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Democrats in presidential debate hint at no swift end to China tariffs

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Democrats in presidential debate hint at no swift end to China tariffs

WASHINGTON (Reuters) – Democratic presidential hopefuls criticized President Donald Trump’s trade war with China but gave no hint they would work toward a quick resolution if elected, pledging during their debate on Thursday to hold Beijing accountable for “corrupt” practices.

FILE PHOTO: Chinese and U.S. flags flutter near The Bund, before U.S. trade delegation meet their Chinese counterparts for talks in Shanghai, China July 30, 2019. REUTERS/Aly Song/File Photo/File Photo

None of the top nine Democrats asked about the issue in the debate in Houston said they would move quickly to repeal the wide-ranging tariffs Trump has put in place on Chinese imports, even as they accused the Republican president of “bankrupting” the U.S. economy with damaging tariffs on farmers and businesses.

Instead, the candidates seeking their party’s nomination to take on Trump in the November 2020 election, said they would continue negotiations and make further demands on China, including its handling of protests in Hong Kong, its use of intellectual property, and labor standards.

South Bend, Indiana, Mayor Pete Buttigieg mocked Trump for failing so far to strike a deal.

“You know, when I first got into this race, I remember President Trump scoffed and said he’d like to see me making a deal with Xi Jinping. I’d like to see him making a deal with Xi Jinping,” he said to laughter.

He added his own strategy “would include the tariffs as leverage,” without offering specifics.

In a Democratic race that has been dominated by discussions of domestic issues like healthcare, guns and immigration, the party’s third debate featured the most lengthy discussion yet about foreign policy issues like China, troop levels in Afghanistan and relations with Venezuela.

“He has put us in the middle of this trade war and he is treating our farmers and our workers like poker chips in one of his bankrupt casinos,” U.S. Senator Amy Klobuchar of Minnesota said.

Trump has made negotiating a deal with China a key goal of his administration after vowing on the campaign trail in 2016 to take on the country. After an escalating exchange of tariffs, Trump said on Thursday that he hoped to reach a comprehensive deal with the world’s second-largest economy.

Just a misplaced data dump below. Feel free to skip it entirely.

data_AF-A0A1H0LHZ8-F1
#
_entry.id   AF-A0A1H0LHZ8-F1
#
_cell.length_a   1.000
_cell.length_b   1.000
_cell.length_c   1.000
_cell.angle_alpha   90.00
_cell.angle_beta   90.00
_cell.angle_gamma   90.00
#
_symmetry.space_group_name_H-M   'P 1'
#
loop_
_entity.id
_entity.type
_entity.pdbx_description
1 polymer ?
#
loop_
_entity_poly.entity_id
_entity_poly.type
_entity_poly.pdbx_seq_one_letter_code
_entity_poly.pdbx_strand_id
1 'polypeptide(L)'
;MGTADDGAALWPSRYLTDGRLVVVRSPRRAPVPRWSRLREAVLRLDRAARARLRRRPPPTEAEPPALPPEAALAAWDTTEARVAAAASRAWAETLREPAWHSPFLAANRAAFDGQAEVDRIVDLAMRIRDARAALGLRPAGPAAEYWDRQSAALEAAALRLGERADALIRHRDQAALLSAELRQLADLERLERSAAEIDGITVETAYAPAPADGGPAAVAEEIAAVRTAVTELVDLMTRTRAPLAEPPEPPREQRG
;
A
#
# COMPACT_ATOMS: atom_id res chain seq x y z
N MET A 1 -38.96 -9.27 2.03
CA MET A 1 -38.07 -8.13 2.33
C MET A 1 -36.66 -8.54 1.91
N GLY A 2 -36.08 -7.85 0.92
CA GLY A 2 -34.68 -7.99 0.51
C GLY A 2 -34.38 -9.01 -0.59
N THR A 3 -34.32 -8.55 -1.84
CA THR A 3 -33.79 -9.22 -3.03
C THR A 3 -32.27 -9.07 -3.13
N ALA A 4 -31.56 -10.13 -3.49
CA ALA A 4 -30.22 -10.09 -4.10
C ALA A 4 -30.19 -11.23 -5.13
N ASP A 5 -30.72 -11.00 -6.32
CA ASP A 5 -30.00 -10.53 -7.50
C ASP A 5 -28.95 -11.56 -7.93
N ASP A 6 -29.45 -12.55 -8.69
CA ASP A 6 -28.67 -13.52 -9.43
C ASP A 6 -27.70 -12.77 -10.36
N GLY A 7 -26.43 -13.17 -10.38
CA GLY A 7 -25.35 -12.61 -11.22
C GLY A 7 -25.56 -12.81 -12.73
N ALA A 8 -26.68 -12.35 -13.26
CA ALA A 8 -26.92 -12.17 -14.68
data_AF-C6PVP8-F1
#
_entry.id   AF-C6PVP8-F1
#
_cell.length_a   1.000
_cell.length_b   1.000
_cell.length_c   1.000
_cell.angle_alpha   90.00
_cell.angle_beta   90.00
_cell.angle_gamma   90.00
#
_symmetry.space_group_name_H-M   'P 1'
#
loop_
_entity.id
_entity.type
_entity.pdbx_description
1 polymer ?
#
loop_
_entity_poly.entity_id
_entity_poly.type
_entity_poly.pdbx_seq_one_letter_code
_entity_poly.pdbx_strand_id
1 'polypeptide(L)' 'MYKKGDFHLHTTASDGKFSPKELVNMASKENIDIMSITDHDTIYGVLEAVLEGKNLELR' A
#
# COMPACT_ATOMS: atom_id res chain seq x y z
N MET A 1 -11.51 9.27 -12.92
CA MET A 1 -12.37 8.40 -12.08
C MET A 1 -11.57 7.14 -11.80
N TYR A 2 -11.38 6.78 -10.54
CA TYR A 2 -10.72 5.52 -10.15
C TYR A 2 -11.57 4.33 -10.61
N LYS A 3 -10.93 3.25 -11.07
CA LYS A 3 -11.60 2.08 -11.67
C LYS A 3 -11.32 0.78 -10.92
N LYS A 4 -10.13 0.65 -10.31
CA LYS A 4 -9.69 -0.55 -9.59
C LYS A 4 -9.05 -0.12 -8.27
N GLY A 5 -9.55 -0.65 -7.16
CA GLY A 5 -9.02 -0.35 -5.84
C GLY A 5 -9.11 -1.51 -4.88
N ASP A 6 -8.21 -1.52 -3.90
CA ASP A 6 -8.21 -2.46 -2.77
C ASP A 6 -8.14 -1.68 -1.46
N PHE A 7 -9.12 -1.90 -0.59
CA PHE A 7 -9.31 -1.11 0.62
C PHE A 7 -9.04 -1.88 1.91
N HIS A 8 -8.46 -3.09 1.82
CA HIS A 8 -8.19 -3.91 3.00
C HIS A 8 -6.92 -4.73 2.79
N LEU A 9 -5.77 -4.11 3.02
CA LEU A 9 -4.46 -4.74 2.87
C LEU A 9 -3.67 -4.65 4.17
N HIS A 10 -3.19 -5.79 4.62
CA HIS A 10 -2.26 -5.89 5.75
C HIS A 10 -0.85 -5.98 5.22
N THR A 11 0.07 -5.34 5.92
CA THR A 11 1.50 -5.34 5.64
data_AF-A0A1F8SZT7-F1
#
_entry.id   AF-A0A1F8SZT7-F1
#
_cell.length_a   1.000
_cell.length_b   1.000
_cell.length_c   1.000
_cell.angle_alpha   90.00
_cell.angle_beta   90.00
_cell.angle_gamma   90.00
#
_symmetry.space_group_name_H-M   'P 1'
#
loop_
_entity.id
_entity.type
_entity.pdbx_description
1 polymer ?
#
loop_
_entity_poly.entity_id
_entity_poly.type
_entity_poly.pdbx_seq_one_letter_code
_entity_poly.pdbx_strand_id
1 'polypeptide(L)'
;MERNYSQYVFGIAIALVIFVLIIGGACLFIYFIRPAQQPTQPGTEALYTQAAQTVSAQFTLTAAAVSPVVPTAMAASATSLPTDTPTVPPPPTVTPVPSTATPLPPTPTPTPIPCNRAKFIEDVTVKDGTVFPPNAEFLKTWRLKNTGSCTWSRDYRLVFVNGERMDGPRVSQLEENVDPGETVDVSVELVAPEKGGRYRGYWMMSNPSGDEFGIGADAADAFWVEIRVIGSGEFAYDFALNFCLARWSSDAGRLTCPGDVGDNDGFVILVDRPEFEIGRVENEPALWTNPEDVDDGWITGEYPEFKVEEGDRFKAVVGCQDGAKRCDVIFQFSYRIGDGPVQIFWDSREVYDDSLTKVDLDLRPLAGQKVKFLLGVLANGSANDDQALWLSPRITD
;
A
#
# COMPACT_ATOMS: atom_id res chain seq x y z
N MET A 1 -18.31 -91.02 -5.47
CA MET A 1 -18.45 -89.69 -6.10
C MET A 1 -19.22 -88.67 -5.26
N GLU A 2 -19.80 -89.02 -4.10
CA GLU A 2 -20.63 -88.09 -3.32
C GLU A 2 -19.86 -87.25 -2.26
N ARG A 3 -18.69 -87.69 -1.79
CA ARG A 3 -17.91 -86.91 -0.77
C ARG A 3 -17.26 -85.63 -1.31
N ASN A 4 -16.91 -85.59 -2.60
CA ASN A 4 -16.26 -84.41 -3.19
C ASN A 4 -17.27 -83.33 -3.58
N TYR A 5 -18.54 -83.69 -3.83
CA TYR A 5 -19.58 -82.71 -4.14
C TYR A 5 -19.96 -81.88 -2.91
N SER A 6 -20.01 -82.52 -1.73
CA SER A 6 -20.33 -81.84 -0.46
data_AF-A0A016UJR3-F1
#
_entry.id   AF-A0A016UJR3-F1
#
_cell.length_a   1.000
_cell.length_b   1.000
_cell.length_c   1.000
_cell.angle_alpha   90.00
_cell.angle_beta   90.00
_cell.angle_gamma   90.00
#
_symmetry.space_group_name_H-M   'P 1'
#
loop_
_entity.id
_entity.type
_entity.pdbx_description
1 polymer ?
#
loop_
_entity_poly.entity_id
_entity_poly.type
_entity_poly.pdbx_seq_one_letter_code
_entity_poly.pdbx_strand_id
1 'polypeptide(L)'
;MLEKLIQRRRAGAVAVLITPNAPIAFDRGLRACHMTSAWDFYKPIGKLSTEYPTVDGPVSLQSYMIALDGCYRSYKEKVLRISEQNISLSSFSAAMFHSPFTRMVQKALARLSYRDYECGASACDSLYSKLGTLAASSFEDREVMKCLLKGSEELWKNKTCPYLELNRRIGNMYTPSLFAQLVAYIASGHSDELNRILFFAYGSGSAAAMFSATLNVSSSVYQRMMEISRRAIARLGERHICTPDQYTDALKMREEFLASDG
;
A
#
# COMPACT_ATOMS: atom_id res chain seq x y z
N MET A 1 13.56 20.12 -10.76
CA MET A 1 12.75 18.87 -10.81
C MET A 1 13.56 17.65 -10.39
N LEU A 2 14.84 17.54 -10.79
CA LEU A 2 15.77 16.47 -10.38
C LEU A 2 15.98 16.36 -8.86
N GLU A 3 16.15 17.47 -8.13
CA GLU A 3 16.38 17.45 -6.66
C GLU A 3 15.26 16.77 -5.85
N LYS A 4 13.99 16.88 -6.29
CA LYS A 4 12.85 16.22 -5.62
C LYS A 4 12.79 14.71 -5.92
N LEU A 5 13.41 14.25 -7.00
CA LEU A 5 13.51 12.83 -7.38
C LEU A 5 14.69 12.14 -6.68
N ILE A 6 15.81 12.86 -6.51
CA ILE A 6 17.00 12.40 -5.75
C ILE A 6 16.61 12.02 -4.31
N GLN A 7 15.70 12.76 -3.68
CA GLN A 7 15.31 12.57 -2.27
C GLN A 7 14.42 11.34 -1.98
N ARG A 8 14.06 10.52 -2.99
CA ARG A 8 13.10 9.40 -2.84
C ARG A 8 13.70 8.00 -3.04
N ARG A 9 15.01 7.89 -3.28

“Is it just me, or was that supposed to happen in, like, April? It’s one more example of a commitment not made,” former U.S. Housing Secretary Julian Castro said.

Entrepreneur Andrew Yang said he would not lift the tariffs immediately if elected president.

“But I would let the Chinese know that we need to hammer out a deal, because right now, the tariffs are pummeling producers and farmers in Iowa who have absolutely nothing to do with

the imbalances that we have with China.”

TRADE DILEMMA

Democrats have struggled to find a message about what they would do differently from Trump on the trade front, restrained by the party’s history of supporting protectionist policies compounded by a shift among liberal voters in favor of free trade.

U.S. Senator Elizabeth Warren of Massachusetts, whose trade agenda appears to be as protectionist as that of Trump, echoed the call for stricter negotiating standards, saying her trade negotiations would have labor unions, small farmers, environmentalists and human rights activists at the table.

Even Democratic front-runner Joe Biden, who has attempted to navigate a fine line between going tough on China and supporting global trade, agreed with Warren on Thursday.

“Senator Warren is correct. At the table has to be

labor and at the table have to be environmentalists,” the former vice president said.

“China – the problem isn’t the trade deficit, the problem is they’re stealing our intellectual property. The problem is they’re violating the WTO. They’re dumping steel on us,” Biden said. “And that’s why you need to organize the world to take on China, to stop the corrupt practices that are under way.”

After news of failed negotiations with the Taliban over a peace deal earlier this week, the Democratic candidates also criticized Trump’s handling of Afghanistan and called for the withdrawal of U.S. troops.

A draft accord agreed last week would have seen about 5,000 American troops withdrawn over coming months in exchange for guarantees that Afghanistan would not be used as a base for militant attacks on the United States or its allies.